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Deadliest catch: Thailand’s ‘ghost’ fishing nets help Covid fight

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Underwater divers in plastic-choked waters off the coast of Thailand snip through discarded nets tangled around a reef — a new initiative helping protect marine life and aiding the fight against coronavirus.

The “ghost nets” discarded from the country’s lucrative fishing industry are a deadly source of plastic pollution, ensnaring turtles and cutting into delicate coral beds.

Left unattended, “they could stay adrift for decades, either entrapping or becoming the food of marine animals,” says Ingpat Pakchairatchakul of the London-based Environmental Justice Foundation.

Ingpat was speaking to AFP during a recent boat trip off the coast of Chonburi province, as a team of more than 30 divers hacked away at stubborn threads enveloping a reef 27 metres (90 feet) below the vessel.

She is part of Net Free Seas, a project that fetches used nets and turns them into new plastic products — in this case meeting the burgeoning demand for protective gear like face shields to guard against the pandemic.

Net Free Seas is a project that fetches used nets and turns them into new plastic products

Net Free Seas is a project that fetches used nets and turns them into new plastic products. Photo: AFP

It aims to prove that protecting sea creatures can be commercially viable in Thailand, one of the world’s biggest producers of ocean waste.

The initiative also comes in the wake of a growing local outcry over the lethal effects of plastic on marine life.

In one infamous example, a sick baby dugong named Mariam washed up in shallow waters two years ago and later died from an infection caused by plastic lining its stomach.

It prompted an online outpouring of grief among Thais who had spent months watching a live web broadcast of rescuers trying to nurse the creature back to health.

Mariam was among the nearly two dozen dead or injured large marine animals found beached on Thailand’s shores each year, according to Chaturathep Khowinthawong, the director of the kingdom’s marine park management agency.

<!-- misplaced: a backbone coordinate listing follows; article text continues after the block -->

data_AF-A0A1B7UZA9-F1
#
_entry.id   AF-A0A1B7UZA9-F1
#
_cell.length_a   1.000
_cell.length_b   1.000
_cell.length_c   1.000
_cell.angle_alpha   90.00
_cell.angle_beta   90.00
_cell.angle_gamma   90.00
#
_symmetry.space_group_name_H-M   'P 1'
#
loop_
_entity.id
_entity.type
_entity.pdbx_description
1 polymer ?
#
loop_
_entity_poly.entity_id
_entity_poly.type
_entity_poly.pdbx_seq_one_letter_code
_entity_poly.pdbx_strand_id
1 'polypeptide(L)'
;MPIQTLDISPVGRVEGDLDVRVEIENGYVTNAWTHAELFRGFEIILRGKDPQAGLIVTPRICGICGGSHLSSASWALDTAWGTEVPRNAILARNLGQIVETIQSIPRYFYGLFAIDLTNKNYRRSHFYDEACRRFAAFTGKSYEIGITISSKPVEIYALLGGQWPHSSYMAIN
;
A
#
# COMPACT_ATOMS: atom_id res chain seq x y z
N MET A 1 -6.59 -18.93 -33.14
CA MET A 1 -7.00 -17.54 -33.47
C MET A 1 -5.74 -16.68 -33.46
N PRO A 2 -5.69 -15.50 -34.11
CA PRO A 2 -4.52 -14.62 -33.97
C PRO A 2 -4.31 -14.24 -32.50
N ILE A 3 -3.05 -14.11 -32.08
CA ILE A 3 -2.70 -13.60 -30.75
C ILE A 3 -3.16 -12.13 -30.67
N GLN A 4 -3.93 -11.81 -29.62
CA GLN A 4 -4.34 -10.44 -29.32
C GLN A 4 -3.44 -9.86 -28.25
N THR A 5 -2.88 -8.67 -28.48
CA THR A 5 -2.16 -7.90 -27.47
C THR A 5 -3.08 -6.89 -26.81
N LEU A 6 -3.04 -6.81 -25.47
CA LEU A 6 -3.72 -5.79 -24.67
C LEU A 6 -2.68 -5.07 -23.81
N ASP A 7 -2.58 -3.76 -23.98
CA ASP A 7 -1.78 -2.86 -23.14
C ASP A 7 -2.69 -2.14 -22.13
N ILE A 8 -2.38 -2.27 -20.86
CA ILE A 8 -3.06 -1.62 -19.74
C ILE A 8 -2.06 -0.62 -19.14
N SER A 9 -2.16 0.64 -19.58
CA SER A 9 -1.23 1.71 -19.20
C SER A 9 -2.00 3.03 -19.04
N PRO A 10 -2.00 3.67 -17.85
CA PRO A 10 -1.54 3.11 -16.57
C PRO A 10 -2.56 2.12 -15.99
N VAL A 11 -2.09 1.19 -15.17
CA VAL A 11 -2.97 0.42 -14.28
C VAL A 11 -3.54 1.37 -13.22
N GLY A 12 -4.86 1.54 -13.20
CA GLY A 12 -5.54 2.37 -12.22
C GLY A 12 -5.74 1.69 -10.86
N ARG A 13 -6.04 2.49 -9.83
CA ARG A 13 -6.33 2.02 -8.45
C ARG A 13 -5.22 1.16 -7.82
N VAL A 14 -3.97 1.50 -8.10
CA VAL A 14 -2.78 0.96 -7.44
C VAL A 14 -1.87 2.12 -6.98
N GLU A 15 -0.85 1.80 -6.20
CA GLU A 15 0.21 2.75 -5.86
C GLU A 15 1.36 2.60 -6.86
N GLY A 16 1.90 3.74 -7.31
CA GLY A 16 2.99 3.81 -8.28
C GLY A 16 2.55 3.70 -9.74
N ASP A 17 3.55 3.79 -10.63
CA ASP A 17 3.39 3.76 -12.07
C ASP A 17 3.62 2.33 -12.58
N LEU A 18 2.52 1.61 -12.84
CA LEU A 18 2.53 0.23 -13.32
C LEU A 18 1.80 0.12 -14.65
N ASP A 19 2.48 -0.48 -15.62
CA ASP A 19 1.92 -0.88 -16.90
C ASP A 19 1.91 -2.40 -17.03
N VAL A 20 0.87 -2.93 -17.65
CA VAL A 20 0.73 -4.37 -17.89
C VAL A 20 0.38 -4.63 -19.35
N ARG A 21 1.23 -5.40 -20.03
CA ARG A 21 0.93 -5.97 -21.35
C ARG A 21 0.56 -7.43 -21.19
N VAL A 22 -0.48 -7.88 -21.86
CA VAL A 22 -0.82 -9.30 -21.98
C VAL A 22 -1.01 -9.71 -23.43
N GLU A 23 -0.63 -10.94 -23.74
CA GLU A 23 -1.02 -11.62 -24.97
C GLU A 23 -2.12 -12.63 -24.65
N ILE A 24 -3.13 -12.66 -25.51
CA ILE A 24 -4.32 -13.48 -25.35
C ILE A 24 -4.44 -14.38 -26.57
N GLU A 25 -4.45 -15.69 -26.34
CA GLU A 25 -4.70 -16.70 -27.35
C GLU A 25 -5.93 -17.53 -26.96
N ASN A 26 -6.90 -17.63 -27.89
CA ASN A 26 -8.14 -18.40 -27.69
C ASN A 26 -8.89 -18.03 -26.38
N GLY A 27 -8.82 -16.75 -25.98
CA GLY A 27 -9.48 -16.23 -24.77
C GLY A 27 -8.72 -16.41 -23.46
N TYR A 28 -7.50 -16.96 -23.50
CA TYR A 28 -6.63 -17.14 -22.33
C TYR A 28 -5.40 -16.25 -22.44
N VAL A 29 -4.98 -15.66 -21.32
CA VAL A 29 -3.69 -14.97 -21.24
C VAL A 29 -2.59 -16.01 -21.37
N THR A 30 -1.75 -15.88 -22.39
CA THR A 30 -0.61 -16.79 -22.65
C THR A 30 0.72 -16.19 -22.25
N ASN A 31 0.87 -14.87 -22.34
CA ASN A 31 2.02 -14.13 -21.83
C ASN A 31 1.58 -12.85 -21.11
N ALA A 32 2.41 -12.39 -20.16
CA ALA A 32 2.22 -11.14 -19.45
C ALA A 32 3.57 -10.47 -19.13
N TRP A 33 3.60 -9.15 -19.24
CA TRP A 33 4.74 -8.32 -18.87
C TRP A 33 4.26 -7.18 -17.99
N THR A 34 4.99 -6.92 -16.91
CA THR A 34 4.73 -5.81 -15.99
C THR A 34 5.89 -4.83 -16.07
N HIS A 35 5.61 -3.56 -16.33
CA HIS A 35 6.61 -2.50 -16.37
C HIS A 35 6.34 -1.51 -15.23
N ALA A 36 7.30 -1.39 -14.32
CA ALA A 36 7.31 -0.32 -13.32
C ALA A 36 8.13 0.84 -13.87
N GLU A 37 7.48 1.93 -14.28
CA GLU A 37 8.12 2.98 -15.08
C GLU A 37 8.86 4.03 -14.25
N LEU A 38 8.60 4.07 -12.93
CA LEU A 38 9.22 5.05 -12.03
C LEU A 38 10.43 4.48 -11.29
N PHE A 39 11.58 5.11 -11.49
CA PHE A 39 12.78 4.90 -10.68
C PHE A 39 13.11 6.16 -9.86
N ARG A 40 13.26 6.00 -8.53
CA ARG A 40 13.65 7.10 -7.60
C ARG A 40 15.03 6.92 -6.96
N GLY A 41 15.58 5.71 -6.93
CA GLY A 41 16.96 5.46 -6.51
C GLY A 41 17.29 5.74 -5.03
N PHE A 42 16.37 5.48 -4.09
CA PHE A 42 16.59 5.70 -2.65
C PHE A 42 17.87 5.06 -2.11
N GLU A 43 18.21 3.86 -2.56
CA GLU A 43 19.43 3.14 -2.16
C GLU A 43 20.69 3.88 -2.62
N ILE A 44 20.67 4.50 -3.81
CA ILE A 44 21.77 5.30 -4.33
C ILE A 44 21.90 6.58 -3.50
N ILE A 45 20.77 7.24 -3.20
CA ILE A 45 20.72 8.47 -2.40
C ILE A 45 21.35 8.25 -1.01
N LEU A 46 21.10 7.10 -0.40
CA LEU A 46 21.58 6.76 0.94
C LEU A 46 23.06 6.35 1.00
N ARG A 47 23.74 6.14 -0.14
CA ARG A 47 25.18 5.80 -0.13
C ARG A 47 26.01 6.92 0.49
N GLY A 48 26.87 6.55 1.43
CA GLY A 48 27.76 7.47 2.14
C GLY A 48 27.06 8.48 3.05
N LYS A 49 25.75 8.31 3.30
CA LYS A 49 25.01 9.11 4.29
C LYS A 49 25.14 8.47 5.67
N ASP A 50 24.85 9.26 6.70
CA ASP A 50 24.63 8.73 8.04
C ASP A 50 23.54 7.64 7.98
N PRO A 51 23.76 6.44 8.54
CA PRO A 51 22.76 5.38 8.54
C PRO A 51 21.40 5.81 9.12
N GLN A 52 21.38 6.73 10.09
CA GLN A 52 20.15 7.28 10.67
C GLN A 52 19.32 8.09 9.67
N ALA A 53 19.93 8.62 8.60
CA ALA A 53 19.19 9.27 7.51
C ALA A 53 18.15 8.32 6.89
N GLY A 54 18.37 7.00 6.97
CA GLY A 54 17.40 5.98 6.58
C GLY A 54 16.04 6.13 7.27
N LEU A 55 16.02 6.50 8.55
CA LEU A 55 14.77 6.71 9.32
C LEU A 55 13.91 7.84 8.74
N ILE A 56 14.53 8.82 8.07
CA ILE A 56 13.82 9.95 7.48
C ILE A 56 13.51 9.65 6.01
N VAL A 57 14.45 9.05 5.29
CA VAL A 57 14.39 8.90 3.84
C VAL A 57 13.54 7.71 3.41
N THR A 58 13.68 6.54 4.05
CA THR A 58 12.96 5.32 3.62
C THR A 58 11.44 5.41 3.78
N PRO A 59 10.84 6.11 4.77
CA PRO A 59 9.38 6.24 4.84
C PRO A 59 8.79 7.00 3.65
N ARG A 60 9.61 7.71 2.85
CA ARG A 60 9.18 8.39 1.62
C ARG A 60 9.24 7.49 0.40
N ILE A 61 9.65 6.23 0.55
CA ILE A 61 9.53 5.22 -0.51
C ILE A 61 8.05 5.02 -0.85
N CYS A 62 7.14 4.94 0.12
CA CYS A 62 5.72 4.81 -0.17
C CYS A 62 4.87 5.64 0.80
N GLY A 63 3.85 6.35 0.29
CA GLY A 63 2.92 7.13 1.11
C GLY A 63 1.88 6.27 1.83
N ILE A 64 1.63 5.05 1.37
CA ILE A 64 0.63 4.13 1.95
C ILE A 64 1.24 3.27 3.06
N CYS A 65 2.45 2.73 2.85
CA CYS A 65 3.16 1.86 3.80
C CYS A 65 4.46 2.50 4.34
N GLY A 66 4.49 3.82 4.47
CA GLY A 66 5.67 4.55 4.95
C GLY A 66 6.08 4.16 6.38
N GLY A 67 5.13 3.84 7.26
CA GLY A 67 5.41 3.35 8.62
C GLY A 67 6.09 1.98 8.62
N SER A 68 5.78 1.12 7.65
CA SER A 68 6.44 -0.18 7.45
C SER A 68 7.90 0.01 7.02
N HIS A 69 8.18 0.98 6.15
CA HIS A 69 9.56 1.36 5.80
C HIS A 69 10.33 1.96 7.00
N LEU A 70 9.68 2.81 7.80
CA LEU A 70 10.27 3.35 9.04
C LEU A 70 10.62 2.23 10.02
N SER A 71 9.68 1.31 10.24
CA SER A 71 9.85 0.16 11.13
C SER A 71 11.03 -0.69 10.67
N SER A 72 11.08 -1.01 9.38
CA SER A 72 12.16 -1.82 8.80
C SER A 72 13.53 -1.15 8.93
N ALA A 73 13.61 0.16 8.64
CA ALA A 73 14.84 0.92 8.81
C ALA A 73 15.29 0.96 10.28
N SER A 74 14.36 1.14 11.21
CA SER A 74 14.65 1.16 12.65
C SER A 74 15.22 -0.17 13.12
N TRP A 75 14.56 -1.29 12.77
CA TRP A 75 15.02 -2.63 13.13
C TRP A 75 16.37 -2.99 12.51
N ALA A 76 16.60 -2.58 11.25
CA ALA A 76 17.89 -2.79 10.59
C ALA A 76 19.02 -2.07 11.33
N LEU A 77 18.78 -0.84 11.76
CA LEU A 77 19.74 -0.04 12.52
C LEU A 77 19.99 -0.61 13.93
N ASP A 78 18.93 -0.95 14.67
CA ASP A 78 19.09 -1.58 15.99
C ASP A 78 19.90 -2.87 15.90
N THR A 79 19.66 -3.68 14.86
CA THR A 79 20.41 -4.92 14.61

“More than 70 percent of them are injured from the ghost nets and have cuts deep into their bodies,” he says.

“Once they get stuck, the chance of survival is less than 10 percent.”

Divers untangle a fishing net caught around a reef off the coast of Thailand. Photo: AFP

Divers untangle a fishing net caught around a reef off the coast of Thailand. Photo: AFP

‘We want to save the ocean’

Net Free Seas has salvaged 15 tons of waste netting from sea waters in its first year of operation.

That accounts for a tiny fraction of the 640,000 tonnes of lost and discarded fishing gear the UN Food and Agriculture Organization says finds its way into the oceans annually.

But the scheme has met enthusiastic support from local fishing communities.

“It’s a win-win situation,” says Somporn Pantumas, a fisherman in seaside Rayong city.

“The fishing community gets to have another source of income, the beach and the sea are clean, and the fishermen find a sense of camaraderie.”

The 59-year-old is one of 700 people in fishing communities across Thailand selling worn out nets to the scheme.

Somporn was easily convinced to participate, knowing the extent of marine pollution in the waters off Rayong — he says his nets often collect more plastic debris than actual fish.

“The more waste I collect from the sea, the more the current sweeps my way,” he tells AFP.

Collected nets are sent to be washed, shredded, mixed with other discarded plastics and melted into shape at Qualy Design, a small business that moulds homewares out of recycled goods.

Qualy is using the nets to make face shields, alcohol spray bottles and table divider screens used in restaurants around Bangkok since the onset of the pandemic.

The breakthrough product has been plastic push-sticks, which allow people to press elevator buttons or public touchscreens like ATM consoles without risking infection.

Compared to other materials, nets are the hardest to work with and the most expensive, says the firm’s marketing director Thosphol Suppametheekulwat tells AFP.

“But we really jumped on it because we want to save the ocean as well,” he says.